FEMA explains why payouts for earthquake damage are much smaller than expected for some
FEMA grants are not meant to take the place of earthquake insurance.
That's a message that FEMA spokesperson Jack Heesch says his team has been explaining regularly since they were deployed to Alaska in the wake of President Trump's federal disaster declaration.
"Our role here is twofold of course. The first one is the public infrastructure that's been damaged, and that's always the high dollar figure for recovery," Heesch said.
The second part of FEMA's role involves providing relief funding for those who suffered losses as a result of last November's earthquake, but Heesch says that FEMA grants are only meant to cover the cost of repairs that are necessary to make a home inhabitable.
"We look at the repairs that are needed and say 'What does it take for this family to continue to live in this dwelling safely?' and that's the amount of assistance that we're going to provide," Heesch said.
After those immediate repairs are made, that's when the Small Business Administration steps in.
Many Alaskans have voiced concerns that their FEMA grant assessments would only cover a very small fraction of the damage from the earthquake. Officials with government agencies providing relief say that's happening because the federal disaster recovery system is organized in a way that allows the SBA to shoulder most of the financial burdens.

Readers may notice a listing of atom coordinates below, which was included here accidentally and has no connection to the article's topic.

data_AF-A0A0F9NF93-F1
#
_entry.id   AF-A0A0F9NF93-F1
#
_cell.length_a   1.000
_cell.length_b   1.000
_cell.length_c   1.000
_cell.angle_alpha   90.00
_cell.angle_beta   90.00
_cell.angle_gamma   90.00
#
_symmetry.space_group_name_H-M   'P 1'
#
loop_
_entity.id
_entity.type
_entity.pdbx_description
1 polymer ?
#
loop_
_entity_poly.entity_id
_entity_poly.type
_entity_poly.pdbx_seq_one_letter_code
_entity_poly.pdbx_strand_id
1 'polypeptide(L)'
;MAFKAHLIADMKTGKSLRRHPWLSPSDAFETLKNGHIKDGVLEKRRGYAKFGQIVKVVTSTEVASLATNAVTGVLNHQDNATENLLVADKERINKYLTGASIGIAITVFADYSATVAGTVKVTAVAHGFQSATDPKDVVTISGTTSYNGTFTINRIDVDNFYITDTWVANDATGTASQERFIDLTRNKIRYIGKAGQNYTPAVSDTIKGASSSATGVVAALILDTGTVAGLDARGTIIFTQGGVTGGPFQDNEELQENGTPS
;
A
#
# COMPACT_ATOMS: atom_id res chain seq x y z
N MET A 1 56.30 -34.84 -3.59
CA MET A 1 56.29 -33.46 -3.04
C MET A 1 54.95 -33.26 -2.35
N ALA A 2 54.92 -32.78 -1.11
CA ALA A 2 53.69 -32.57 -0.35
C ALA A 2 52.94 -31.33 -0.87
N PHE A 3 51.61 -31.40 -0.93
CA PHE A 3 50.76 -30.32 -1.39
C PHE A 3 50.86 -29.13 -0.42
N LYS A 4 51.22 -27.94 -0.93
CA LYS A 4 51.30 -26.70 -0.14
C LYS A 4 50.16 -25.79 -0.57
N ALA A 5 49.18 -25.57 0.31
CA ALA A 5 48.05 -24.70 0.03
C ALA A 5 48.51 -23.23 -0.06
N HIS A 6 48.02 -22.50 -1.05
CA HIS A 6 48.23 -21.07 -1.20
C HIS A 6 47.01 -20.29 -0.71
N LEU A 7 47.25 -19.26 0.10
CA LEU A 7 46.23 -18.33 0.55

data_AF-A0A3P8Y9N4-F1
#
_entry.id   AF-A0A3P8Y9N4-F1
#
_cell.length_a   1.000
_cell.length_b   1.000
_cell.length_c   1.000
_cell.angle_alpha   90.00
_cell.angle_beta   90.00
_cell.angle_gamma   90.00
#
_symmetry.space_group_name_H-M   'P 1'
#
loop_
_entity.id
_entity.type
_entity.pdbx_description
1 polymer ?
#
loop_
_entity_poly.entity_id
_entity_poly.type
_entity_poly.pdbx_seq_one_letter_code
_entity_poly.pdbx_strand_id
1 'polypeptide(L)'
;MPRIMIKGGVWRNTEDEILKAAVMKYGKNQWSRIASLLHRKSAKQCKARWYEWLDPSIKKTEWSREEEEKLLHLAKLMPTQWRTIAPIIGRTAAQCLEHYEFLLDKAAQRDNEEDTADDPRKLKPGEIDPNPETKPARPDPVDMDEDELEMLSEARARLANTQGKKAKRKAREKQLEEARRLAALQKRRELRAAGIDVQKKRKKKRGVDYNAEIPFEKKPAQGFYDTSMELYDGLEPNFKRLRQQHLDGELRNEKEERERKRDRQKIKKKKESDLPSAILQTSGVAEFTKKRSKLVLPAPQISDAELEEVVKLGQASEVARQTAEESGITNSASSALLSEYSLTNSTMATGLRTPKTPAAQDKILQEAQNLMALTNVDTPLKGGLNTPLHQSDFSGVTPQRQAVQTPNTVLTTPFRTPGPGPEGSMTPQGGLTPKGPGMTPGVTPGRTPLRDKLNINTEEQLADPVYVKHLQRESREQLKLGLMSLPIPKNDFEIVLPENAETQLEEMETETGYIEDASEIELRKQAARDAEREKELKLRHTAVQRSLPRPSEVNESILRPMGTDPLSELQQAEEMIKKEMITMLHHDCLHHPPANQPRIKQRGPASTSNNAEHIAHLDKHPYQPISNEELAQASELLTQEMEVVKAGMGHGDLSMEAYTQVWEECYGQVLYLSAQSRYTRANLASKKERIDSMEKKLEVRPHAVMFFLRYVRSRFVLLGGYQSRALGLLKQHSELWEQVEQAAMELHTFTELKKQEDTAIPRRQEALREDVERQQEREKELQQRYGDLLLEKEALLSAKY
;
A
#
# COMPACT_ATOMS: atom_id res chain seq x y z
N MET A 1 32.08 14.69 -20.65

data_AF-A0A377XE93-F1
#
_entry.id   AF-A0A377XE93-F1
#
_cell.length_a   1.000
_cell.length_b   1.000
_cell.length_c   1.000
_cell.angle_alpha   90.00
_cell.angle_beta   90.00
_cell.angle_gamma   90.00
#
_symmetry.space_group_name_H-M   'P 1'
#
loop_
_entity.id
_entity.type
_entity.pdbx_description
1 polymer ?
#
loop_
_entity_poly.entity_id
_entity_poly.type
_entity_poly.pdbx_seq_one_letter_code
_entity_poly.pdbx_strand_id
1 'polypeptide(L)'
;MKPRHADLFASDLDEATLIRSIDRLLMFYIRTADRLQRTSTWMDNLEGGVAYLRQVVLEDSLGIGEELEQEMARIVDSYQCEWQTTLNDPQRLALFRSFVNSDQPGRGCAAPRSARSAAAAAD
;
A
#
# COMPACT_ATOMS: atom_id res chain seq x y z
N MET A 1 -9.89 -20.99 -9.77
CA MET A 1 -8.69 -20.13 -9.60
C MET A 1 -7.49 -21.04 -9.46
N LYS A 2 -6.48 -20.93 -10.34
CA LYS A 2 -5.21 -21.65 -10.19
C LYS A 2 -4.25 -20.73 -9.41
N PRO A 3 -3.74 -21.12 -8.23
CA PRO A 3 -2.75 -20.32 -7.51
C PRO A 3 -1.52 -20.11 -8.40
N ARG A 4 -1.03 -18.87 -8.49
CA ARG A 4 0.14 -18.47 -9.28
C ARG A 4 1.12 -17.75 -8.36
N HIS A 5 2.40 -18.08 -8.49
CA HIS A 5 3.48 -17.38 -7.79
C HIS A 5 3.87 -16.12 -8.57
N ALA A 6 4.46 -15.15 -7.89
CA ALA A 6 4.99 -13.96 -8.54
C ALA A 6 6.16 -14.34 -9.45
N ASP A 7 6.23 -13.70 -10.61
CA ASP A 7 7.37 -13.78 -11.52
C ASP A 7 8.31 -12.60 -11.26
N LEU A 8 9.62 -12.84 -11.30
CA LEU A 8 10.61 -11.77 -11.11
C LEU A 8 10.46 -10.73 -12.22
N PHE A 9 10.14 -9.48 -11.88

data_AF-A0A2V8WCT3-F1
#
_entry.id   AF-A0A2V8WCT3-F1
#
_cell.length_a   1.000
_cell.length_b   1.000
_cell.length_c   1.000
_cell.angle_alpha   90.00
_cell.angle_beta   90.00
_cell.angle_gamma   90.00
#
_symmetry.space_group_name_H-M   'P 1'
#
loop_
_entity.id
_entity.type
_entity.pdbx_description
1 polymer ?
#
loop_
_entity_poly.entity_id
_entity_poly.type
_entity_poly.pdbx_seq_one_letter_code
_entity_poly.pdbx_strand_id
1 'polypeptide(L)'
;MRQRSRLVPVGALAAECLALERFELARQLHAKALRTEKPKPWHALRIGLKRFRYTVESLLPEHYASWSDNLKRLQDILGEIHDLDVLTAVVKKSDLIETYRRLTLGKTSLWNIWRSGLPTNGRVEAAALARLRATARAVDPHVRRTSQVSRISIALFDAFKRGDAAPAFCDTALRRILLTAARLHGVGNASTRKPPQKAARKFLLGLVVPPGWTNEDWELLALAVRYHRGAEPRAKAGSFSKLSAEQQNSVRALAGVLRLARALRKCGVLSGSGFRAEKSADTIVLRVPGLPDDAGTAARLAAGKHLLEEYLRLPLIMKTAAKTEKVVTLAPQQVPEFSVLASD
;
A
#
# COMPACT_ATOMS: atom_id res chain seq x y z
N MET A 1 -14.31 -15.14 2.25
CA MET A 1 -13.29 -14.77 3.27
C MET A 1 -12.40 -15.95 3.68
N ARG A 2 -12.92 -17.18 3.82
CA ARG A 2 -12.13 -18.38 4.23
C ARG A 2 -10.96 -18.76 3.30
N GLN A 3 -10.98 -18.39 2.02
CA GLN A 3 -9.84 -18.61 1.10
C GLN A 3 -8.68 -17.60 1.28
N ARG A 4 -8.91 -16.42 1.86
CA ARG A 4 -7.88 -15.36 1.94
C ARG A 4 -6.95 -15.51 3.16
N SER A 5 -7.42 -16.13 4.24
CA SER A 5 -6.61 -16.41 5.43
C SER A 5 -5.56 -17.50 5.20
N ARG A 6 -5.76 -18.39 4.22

"The bulk of the money — the primary source of the long-term recovery dollars — that's in the form of loans," said Bill Koontz, spokesperson for the SBA Disaster Recovery program.
The SBA is able to give loans to earthquake-damaged businesses for amounts of up to $2 million, at around 3.25 percent interest. The agency can also offer homeowners loans of up to $200,000 at about 2 percent interest — rates well below market levels.
According to Heesch, FEMA will be referring every Alaskan that requests assistance to the SBA for loan approval. In turn, Koontz says eligible residents will be approved for loans with no commitment, and if applicants can't afford a loan, they'll be referred back to FEMA for additional assistance options.
Alaskans that want to appeal their assessed grant amounts through FEMA have approximately 30 days from the day the grant amount is calculated.
State assistance applications are being accepted until Feb. 28.
Two disaster recovery centers will be open at Community Covenant Church in Eagle River and Christ First United Methodist Church in Wasilla through April 1.
Both centers are open from 9 a.m. to 7 p.m. Monday through Saturday, and on Sundays from 10 a.m. to 2 p.m.